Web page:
Inferior vena cava (IVC) injuries can have fatal outcomes and are associated with high mortality rates. Patients with IVC injuries require multiple procedures, including prehospital care, surgical techniques, and postoperative care. We present the case of a 67-year-old woman who stabbed herself in the abdomen with a knife, resulting in an infrarenal IVC injury. We shortened the transfer time by transporting the patient using a helicopter and decided to perform direct-to-operating room resuscitation by a trauma physician in the helicopter. The patient underwent laparotomy with IVC ligation for damage control during the first operation. The second- and third-look operations, including previous suture removal, IVC reconstruction, and IVC thrombectomy, were performed by a trauma surgeon specializing in cardiovascular diseases. The patient was discharged without major complications on the 19th postoperative day with rivaroxaban as an anticoagulant medication. Computed tomography angiography at the outpatient clinic showed that thrombi in the IVC and both iliac veins had been completely removed. Patients with IVC injuries can be effectively treated using a trauma system that includes fast transportation by helicopter, damage control for rapid hemostasis, and expert treatment of IVC injuries.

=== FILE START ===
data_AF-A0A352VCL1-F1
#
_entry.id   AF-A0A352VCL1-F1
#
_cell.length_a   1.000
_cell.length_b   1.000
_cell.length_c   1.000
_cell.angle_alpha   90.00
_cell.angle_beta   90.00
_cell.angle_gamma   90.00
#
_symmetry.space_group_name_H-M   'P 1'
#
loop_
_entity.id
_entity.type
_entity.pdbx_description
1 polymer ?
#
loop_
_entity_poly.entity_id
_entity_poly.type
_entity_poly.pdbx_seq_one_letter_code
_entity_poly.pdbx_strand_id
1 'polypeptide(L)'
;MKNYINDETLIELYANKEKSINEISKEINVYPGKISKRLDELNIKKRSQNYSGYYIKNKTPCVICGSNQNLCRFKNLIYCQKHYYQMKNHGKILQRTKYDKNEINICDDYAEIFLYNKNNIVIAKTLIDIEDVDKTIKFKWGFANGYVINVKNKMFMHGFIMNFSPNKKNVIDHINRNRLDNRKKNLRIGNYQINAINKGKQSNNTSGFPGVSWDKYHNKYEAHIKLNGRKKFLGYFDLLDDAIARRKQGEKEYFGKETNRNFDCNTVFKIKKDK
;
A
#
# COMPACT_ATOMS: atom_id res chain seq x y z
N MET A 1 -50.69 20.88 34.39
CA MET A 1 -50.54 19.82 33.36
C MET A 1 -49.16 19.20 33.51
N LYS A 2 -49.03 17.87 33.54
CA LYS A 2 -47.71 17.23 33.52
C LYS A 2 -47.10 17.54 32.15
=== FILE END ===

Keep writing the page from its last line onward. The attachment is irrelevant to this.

Summary
Conservative treatment of corpus callosum hemorrhage due to a falling coconut in Indonesia: a case report
Hanan Anwar Rusidi, Ferry Wijanarko
J Trauma Inj. 2024;37(1):79-82.   Published online January 12, 2024